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Japan on a Budget: 10 Practical Tips From an Expat

Updated April 7, 2020

If you want to make the most of your Japanese adventure on the cheap, check out these tips from Katie, an American expat in Japan. These top 10 budgeting tips are down-to-earth, practical, and totally realistic for anyone planning their trip.

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#1: Know your Japanese holidays to avoid spikes in airfare and hotel rates.

People come from all over the world to experience Japan’s national holidays; airlines and hotels take advantage of that. Here are some holidays to know about.

  • During Golden Week, Obon, and New Year, travel and accommodations can double or even triple in price. Known as Japan’s peak travel times, you’ll also encounter a lot of crowds during these holidays, especially in major cities.
  • Japan also boasts stunning seasonal changes, so sights like cherry blossoms or fall foliage are a major tourist draw—if these are at the top of your Japan itinerary, be prepared to add a little more room to your budget.
  • The best time to travel to Japan is essentially up to you! It’s totally possible to craft your ideal Japanese trip whenever you choose to go.

Obon in Japan on a budget

#2: It’s easy to find authentic food on the cheap.

You don’t have to break the bank to find authentic Japanese eats.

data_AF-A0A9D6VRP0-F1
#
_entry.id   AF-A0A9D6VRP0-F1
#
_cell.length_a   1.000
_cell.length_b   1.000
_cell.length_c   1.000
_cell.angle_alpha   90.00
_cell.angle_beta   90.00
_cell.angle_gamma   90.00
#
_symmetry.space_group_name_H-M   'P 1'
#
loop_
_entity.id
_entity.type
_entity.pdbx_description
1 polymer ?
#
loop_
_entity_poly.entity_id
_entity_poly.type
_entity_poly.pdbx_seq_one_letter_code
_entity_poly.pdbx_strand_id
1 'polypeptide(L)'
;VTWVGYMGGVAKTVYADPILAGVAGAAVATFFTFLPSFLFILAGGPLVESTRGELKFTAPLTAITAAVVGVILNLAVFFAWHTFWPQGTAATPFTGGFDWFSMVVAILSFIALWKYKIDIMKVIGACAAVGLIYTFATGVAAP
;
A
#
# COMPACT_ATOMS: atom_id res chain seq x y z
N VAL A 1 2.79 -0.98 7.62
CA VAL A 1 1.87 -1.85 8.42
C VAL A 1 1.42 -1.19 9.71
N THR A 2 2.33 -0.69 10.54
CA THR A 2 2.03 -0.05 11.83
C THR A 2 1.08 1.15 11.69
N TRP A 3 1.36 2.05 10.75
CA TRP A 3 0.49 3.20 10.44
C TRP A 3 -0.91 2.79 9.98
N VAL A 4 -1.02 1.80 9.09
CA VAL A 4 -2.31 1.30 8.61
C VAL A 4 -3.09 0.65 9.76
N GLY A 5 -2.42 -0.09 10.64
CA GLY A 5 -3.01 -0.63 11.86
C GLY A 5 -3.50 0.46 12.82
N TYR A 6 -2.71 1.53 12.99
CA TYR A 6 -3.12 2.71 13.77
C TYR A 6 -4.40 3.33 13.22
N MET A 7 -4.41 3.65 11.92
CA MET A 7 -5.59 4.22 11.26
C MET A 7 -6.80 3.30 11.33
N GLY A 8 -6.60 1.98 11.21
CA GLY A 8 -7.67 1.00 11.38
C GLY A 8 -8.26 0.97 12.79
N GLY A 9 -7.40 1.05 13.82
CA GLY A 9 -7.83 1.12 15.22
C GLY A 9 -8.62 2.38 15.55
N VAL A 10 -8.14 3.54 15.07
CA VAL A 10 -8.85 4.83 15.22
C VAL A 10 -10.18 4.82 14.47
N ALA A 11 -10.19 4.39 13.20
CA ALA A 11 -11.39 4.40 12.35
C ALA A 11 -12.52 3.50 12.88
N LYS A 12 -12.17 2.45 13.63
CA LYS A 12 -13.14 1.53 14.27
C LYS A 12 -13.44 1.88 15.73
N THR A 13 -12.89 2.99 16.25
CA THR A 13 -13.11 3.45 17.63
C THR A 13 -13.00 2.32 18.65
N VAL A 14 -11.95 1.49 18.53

• Japanese food chains and convenience stores (conbini) like 7/11, Family Mart, MOS Burger, and Lotteria hold fast food to a much higher standard than is found in the States.
  • Seriously, you can load up on bento boxes, snacks, and breakfast foods for under $10!
  • Chains like Family Mart actually sell passes to popular sites (like Osaka Castle or Kinkaku-ji) at highly discounted rates. Get some local tips on which chains have the most oishi (yummy) food and sight-seeing deals.

Japanese food if you do Japan on a budget

#3: There are great deals on transportation if you know where to look.

You can cut your travel costs in half by traveling how locals do.  

Bullet train Japan on a budget transportation

#4: Save your yen by staying at temples, Airbnbs, or hostels.

Save money and get a more genuine Japanese experience by looking for accommodations off-the-beaten-path!

  • Foreign visitors can actually sleep over in Buddhist temples! Whether in downtown Kyoto or atop a mountain, these inexpensive lodgings (shukubo) give a fascinating glimpse of daily Buddhist life.
  • Whether you go for a traditional home with tatami floors or a modern studio in central Tokyo, Airbnb rates in Japan are significantly lower than most hotels, usually by about $200-300 USD!